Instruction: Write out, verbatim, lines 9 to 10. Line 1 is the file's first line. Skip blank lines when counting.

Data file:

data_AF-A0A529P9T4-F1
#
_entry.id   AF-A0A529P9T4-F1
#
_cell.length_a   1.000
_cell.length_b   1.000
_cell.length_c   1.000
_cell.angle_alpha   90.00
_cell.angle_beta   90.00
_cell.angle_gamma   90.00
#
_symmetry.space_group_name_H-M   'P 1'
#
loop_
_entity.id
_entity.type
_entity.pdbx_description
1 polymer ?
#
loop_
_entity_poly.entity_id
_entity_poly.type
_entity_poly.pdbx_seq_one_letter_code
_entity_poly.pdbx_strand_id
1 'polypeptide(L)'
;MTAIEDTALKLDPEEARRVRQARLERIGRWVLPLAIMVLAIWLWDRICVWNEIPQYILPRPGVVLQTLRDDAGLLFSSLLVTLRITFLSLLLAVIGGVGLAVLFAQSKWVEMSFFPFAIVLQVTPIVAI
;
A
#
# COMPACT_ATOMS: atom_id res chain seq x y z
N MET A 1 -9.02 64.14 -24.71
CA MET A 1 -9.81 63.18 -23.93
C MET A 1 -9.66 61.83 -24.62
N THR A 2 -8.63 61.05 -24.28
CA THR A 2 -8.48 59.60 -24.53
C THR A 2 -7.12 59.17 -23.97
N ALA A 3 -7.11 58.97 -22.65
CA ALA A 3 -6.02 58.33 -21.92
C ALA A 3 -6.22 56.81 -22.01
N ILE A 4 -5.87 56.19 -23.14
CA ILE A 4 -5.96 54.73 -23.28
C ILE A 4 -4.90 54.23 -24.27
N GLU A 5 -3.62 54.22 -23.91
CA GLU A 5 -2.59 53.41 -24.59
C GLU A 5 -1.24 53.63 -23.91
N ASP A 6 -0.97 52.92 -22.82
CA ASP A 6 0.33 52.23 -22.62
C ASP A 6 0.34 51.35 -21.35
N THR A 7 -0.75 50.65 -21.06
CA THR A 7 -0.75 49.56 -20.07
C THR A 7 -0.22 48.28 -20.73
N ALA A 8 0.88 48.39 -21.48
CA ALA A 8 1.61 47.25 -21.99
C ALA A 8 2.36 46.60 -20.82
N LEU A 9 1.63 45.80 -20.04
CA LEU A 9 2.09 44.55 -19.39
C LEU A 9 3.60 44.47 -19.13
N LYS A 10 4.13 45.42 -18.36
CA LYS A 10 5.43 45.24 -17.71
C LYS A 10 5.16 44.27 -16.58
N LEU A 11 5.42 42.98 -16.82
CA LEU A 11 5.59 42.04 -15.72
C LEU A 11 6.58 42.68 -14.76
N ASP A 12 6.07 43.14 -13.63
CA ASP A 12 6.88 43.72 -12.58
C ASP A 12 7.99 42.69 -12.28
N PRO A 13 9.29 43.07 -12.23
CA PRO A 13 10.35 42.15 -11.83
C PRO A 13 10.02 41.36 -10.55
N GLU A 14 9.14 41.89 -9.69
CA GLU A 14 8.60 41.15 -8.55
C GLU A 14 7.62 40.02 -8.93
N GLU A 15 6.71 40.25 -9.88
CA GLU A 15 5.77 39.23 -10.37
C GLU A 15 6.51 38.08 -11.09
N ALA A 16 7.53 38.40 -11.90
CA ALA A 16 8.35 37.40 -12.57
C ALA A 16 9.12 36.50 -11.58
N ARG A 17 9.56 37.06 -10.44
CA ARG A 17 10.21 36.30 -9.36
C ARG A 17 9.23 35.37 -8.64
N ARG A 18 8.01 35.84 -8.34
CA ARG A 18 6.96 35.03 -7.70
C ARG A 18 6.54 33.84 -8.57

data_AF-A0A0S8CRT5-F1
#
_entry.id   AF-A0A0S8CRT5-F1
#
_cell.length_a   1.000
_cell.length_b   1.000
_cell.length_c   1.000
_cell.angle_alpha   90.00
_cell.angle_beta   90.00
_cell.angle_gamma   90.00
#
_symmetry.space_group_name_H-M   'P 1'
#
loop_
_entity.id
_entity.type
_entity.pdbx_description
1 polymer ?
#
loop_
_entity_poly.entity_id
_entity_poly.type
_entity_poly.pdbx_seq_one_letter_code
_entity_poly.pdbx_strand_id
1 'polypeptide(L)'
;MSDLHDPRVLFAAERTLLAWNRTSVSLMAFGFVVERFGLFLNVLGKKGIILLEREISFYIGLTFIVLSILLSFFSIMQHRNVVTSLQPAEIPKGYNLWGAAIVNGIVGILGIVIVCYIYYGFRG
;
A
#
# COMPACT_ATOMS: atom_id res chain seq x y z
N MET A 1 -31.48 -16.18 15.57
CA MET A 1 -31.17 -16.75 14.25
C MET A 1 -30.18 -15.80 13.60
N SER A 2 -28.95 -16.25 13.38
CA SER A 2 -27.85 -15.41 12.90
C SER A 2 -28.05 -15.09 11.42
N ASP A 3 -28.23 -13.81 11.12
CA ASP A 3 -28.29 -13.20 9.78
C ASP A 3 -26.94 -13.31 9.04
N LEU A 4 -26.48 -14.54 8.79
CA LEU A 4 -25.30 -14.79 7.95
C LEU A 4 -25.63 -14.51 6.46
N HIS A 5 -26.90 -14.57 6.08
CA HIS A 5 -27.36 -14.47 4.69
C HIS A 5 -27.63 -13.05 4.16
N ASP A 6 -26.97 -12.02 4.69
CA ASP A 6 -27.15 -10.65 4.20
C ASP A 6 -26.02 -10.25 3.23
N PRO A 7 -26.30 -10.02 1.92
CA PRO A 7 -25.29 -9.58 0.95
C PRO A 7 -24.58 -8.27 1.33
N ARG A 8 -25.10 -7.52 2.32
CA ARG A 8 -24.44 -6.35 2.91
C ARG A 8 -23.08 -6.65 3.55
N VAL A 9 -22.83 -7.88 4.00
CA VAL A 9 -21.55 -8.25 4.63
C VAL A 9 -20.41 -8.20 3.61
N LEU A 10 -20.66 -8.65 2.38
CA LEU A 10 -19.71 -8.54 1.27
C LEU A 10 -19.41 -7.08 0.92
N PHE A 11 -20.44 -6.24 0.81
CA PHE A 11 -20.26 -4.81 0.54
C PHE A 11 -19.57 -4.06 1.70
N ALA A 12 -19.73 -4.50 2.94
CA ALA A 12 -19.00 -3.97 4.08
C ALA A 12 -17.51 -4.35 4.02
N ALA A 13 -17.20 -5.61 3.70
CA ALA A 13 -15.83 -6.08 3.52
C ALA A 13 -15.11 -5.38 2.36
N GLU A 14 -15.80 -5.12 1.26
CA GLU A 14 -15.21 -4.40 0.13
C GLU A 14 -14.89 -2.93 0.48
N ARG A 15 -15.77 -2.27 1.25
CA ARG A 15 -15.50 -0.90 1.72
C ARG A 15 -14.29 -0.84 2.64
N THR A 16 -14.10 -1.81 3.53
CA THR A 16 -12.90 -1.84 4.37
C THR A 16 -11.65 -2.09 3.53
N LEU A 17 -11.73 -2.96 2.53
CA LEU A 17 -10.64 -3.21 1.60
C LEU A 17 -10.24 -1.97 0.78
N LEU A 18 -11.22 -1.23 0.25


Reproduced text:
_cell.angle_beta   90.00
_cell.angle_gamma   90.00